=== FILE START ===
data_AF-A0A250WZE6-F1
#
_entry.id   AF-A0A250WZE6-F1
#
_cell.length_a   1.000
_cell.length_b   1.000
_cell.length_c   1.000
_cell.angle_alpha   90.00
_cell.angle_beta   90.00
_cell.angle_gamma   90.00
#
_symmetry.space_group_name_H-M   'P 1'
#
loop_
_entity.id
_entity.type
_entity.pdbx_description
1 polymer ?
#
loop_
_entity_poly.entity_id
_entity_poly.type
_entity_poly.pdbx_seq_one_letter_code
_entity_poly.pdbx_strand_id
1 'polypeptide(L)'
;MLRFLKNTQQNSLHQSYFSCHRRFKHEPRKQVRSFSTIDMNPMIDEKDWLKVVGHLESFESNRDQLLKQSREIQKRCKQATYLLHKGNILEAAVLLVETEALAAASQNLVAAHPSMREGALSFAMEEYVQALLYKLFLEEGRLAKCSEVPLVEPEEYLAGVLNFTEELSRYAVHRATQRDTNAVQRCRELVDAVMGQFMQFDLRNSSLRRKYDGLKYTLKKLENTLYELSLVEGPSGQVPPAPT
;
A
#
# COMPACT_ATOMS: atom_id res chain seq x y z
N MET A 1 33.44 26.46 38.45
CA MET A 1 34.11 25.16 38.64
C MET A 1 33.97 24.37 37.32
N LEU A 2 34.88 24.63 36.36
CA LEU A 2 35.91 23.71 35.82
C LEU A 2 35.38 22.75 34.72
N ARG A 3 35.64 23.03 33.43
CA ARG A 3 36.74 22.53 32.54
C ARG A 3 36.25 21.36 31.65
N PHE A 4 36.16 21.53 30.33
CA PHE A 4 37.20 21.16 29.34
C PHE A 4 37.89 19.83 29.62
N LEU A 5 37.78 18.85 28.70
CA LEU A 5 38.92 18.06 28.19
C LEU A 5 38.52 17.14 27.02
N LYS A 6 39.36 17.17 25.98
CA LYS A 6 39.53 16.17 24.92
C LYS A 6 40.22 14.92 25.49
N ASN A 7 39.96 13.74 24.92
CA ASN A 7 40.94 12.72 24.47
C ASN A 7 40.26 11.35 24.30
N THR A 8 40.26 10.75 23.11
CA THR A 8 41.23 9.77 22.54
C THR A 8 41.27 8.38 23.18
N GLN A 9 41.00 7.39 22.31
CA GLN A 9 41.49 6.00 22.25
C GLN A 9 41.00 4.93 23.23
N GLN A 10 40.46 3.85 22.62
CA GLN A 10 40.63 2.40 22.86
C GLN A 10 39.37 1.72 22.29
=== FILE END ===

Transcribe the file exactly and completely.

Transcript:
data_AF-A0A250WZE6-F1
#
_entry.id   AF-A0A250WZE6-F1
#
_cell.length_a   1.000
_cell.length_b   1.000
_cell.length_c   1.000
_cell.angle_alpha   90.00
_cell.angle_beta   90.00
_cell.angle_gamma   90.00
#
_symmetry.space_group_name_H-M   'P 1'
#
loop_
_entity.id
_entity.type
_entity.pdbx_description
1 polymer ?
#
loop_
_entity_poly.entity_id
_entity_poly.type
_entity_poly.pdbx_seq_one_letter_code
_entity_poly.pdbx_strand_id
1 'polypeptide(L)'
;MLRFLKNTQQNSLHQSYFSCHRRFKHEPRKQVRSFSTIDMNPMIDEKDWLKVVGHLESFESNRDQLLKQSREIQKRCKQATYLLHKGNILEAAVLLVETEALAAASQNLVAAHPSMREGALSFAMEEYVQALLYKLFLEEGRLAKCSEVPLVEPEEYLAGVLNFTEELSRYAVHRATQRDTNAVQRCRELVDAVMGQFMQFDLRNSSLRRKYDGLKYTLKKLENTLYELSLVEGPSGQVPPAPT
;
A
#
# COMPACT_ATOMS: atom_id res chain seq x y z
N MET A 1 33.44 26.46 38.45
CA MET A 1 34.11 25.16 38.64
C MET A 1 33.97 24.37 37.32
N LEU A 2 34.88 24.63 36.36
CA LEU A 2 35.91 23.71 35.82
C LEU A 2 35.38 22.75 34.72
N ARG A 3 35.64 23.03 33.43
CA ARG A 3 36.74 22.53 32.54
C ARG A 3 36.25 21.36 31.65
N PHE A 4 36.16 21.53 30.33
CA PHE A 4 37.20 21.16 29.34
C PHE A 4 37.89 19.83 29.62
N LEU A 5 37.78 18.85 28.70
CA LEU A 5 38.92 18.06 28.19
C LEU A 5 38.52 17.14 27.02
N LYS A 6 39.36 17.17 25.98
CA LYS A 6 39.53 16.17 24.92
C LYS A 6 40.22 14.92 25.49
N ASN A 7 39.96 13.74 24.92
CA ASN A 7 40.94 12.72 24.47
C ASN A 7 40.26 11.35 24.30
N THR A 8 40.26 10.75 23.11
CA THR A 8 41.23 9.77 22.54
C THR A 8 41.27 8.38 23.18
N GLN A 9 41.00 7.39 22.31
CA GLN A 9 41.49 6.00 22.25
C GLN A 9 41.00 4.93 23.23
N GLN A 10 40.46 3.85 22.62
CA GLN A 10 40.63 2.40 22.86
C GLN A 10 39.37 1.72 22.29